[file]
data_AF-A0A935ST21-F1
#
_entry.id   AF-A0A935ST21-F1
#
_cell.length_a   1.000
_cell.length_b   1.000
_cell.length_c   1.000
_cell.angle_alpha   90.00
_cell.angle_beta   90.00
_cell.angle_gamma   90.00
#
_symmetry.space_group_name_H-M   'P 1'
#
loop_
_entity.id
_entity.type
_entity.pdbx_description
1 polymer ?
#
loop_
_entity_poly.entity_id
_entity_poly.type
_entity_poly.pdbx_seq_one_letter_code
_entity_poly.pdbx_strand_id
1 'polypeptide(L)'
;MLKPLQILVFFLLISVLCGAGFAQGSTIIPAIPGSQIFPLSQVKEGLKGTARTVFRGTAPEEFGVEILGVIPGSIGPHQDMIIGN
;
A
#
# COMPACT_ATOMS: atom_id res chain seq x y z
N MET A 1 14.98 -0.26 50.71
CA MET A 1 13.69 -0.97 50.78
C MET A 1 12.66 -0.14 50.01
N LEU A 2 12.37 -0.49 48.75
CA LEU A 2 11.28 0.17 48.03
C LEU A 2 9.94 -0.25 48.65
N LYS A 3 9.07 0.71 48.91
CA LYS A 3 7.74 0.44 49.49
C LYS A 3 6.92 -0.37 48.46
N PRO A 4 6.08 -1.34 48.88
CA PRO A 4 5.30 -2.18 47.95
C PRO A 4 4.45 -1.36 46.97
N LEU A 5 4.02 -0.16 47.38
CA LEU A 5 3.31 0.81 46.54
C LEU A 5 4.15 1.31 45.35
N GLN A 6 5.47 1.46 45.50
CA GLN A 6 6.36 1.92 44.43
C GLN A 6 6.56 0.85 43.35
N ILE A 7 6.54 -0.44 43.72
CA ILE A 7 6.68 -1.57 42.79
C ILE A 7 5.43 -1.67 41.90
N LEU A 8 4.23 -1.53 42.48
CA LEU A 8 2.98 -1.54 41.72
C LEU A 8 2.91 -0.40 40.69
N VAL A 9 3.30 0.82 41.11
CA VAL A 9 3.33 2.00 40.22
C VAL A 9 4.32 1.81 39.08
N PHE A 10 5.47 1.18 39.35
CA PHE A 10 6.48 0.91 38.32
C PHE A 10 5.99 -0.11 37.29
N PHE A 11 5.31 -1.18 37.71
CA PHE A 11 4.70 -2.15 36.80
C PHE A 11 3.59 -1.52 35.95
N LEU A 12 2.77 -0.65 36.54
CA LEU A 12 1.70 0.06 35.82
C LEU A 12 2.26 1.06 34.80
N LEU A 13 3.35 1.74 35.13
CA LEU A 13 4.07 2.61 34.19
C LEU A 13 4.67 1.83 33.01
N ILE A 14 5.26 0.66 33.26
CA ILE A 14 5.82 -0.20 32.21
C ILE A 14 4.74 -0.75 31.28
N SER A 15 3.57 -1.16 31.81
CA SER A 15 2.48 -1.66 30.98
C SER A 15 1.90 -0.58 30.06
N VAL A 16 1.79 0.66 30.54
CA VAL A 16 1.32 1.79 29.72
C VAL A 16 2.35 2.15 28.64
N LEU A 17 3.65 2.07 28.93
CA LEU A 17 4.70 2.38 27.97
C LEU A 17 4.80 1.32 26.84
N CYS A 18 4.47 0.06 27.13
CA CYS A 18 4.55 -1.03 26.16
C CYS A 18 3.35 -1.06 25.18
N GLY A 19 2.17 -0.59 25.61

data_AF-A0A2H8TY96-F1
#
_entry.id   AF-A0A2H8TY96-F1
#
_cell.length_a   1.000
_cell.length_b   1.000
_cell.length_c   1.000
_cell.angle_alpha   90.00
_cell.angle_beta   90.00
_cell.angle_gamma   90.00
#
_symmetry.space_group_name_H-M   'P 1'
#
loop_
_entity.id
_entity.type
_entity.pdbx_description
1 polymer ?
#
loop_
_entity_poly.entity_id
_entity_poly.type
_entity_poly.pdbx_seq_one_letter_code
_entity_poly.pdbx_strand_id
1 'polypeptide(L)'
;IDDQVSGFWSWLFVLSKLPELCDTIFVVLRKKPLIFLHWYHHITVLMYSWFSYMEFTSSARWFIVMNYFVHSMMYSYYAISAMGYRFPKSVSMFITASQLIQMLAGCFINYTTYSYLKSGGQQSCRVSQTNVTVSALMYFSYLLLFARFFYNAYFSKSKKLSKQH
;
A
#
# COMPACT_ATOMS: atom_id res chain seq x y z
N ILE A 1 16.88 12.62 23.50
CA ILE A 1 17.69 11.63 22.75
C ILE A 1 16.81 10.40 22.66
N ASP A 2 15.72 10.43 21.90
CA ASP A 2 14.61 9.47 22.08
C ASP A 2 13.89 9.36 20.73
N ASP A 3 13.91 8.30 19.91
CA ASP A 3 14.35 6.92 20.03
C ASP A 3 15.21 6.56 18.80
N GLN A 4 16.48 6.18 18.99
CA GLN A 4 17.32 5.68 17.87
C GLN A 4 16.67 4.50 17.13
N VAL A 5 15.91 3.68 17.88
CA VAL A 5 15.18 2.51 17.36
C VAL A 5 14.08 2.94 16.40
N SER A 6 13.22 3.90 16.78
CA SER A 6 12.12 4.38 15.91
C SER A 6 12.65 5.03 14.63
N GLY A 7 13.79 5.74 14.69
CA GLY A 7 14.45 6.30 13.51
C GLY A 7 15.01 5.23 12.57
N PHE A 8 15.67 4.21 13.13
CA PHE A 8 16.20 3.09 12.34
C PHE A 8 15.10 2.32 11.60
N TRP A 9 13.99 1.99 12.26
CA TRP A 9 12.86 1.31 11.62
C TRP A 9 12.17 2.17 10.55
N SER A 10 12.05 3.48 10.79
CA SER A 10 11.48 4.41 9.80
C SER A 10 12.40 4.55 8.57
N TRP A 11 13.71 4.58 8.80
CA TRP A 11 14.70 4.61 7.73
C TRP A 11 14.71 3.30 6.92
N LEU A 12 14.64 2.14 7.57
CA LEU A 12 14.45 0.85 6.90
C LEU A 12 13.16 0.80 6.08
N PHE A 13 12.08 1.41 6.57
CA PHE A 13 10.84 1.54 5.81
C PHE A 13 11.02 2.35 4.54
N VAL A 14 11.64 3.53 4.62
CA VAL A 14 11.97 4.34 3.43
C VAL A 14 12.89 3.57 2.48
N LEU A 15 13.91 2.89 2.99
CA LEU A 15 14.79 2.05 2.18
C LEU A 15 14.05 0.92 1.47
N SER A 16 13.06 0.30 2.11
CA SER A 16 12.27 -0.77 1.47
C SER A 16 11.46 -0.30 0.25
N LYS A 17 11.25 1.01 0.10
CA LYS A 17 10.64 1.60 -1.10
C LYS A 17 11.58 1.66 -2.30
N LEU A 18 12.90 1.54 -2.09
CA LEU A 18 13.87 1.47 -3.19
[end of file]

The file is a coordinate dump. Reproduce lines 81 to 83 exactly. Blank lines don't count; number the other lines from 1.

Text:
C LEU A 17 4.80 1.32 26.84
N CYS A 18 4.47 0.06 27.13
CA CYS A 18 4.55 -1.03 26.16